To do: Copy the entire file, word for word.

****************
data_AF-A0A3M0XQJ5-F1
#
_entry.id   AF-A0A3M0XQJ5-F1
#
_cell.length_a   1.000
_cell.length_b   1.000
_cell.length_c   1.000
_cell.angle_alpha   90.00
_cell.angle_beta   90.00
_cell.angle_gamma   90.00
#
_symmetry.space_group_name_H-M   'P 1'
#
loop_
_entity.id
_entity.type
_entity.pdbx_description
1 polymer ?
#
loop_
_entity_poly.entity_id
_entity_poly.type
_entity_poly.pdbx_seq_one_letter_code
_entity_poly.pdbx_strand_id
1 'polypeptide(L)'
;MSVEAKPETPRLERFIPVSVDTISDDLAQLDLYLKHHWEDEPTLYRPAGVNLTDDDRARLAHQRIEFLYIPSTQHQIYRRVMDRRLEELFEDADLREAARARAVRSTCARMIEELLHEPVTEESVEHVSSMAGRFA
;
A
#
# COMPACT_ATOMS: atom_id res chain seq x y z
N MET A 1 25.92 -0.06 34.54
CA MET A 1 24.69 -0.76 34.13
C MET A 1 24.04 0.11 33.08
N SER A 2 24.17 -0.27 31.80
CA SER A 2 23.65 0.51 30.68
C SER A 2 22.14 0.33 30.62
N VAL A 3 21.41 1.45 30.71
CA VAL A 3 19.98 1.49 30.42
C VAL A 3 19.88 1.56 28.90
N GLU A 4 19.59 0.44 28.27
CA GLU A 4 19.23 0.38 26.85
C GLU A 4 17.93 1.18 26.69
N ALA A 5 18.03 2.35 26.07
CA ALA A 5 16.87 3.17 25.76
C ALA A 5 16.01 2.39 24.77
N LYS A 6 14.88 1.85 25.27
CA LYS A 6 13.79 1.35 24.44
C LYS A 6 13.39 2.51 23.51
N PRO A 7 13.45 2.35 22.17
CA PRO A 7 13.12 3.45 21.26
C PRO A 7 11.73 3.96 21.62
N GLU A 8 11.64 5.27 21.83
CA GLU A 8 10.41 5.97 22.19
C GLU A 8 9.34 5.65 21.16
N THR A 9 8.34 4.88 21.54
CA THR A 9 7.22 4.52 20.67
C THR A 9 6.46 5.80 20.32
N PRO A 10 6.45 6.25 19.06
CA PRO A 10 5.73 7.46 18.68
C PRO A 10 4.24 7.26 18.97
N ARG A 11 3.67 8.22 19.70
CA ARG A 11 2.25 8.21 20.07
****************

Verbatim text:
data_AF-A0A3M0XQJ5-F1
#
_entry.id   AF-A0A3M0XQJ5-F1
#
_cell.length_a   1.000
_cell.length_b   1.000
_cell.length_c   1.000
_cell.angle_alpha   90.00
_cell.angle_beta   90.00
_cell.angle_gamma   90.00
#
_symmetry.space_group_name_H-M   'P 1'
#
loop_
_entity.id
_entity.type
_entity.pdbx_description
1 polymer ?
#
loop_
_entity_poly.entity_id
_entity_poly.type
_entity_poly.pdbx_seq_one_letter_code
_entity_poly.pdbx_strand_id
1 'polypeptide(L)'
;MSVEAKPETPRLERFIPVSVDTISDDLAQLDLYLKHHWEDEPTLYRPAGVNLTDDDRARLAHQRIEFLYIPSTQHQIYRRVMDRRLEELFEDADLREAARARAVRSTCARMIEELLHEPVTEESVEHVSSMAGRFA
;
A
#
# COMPACT_ATOMS: atom_id res chain seq x y z
N MET A 1 25.92 -0.06 34.54
CA MET A 1 24.69 -0.76 34.13
C MET A 1 24.04 0.11 33.08
N SER A 2 24.17 -0.27 31.80
CA SER A 2 23.65 0.51 30.68
C SER A 2 22.14 0.33 30.62
N VAL A 3 21.41 1.45 30.71
CA VAL A 3 19.98 1.49 30.42
C VAL A 3 19.88 1.56 28.90
N GLU A 4 19.59 0.44 28.27
CA GLU A 4 19.23 0.38 26.85
C GLU A 4 17.93 1.18 26.69
N ALA A 5 18.03 2.35 26.07
CA ALA A 5 16.87 3.17 25.76
C ALA A 5 16.01 2.39 24.77
N LYS A 6 14.88 1.85 25.27
CA LYS A 6 13.79 1.35 24.44
C LYS A 6 13.39 2.51 23.51
N PRO A 7 13.45 2.35 22.17
CA PRO A 7 13.12 3.45 21.26
C PRO A 7 11.73 3.96 21.62
N GLU A 8 11.64 5.27 21.83
CA GLU A 8 10.41 5.97 22.19
C GLU A 8 9.34 5.65 21.16
N THR A 9 8.34 4.88 21.54
CA THR A 9 7.22 4.52 20.67
C THR A 9 6.46 5.80 20.32
N PRO A 10 6.45 6.25 19.06
CA PRO A 10 5.73 7.46 18.68
C PRO A 10 4.24 7.26 18.97
N ARG A 11 3.67 8.22 19.70
CA ARG A 11 2.25 8.21 20.07